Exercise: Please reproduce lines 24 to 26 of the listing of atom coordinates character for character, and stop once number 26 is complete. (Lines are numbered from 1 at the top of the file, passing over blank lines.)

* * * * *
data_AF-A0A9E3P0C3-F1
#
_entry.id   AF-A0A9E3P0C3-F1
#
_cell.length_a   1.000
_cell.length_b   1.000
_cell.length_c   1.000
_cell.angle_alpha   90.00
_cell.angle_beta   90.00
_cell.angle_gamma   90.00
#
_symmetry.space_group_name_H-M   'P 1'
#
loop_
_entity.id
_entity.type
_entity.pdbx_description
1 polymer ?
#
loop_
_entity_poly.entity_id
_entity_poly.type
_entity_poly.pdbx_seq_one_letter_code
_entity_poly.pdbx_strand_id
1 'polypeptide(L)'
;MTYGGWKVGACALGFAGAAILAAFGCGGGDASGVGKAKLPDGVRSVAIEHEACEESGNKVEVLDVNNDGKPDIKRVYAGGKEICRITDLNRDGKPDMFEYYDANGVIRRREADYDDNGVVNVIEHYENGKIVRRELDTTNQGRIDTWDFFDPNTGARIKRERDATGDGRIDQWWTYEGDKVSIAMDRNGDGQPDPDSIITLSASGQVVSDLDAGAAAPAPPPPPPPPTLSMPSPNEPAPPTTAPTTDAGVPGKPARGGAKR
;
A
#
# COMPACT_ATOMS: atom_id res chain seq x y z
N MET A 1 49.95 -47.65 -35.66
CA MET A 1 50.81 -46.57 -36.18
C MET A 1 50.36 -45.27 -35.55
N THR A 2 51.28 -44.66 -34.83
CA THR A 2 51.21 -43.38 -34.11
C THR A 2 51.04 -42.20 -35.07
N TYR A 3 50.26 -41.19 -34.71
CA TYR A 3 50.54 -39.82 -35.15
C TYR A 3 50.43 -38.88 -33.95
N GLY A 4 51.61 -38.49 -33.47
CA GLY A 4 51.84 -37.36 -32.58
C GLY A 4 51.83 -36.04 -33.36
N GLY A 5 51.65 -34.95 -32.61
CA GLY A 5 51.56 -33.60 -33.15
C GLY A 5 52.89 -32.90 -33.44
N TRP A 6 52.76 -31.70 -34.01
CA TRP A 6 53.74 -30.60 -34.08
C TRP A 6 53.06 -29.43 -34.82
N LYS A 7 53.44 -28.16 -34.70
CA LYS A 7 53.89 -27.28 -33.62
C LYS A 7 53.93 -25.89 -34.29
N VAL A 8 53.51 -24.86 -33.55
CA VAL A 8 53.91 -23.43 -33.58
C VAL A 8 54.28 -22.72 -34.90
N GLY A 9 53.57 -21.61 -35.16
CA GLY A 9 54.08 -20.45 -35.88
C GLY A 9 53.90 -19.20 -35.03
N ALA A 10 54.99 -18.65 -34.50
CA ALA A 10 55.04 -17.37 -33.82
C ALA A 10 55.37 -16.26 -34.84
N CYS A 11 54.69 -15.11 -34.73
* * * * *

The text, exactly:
_entity_poly.pdbx_strand_id
1 'polypeptide(L)'
;MTYGGWKVGACALGFAGAAILAAFGCGGGDASGVGKAKLPDGVRSVAIEHEACEESGNKVEVLDVNNDGKPDIKRVYAGGKEICRITDLNRDGKPDMFEYYDANGVIRRREADYDDNGVVNVIEHYENGKIVRRELDTTNQGRIDTWDFFDPNTGARIKRERDATGDGRIDQWWTYEGDKVSIAMDRNGDGQPDPDSIITLSASGQVVSDLDAGAAAPAPPPPPPPPTLSMPSPNEPAPPTTAPTTDAGVPGKPARGGAKR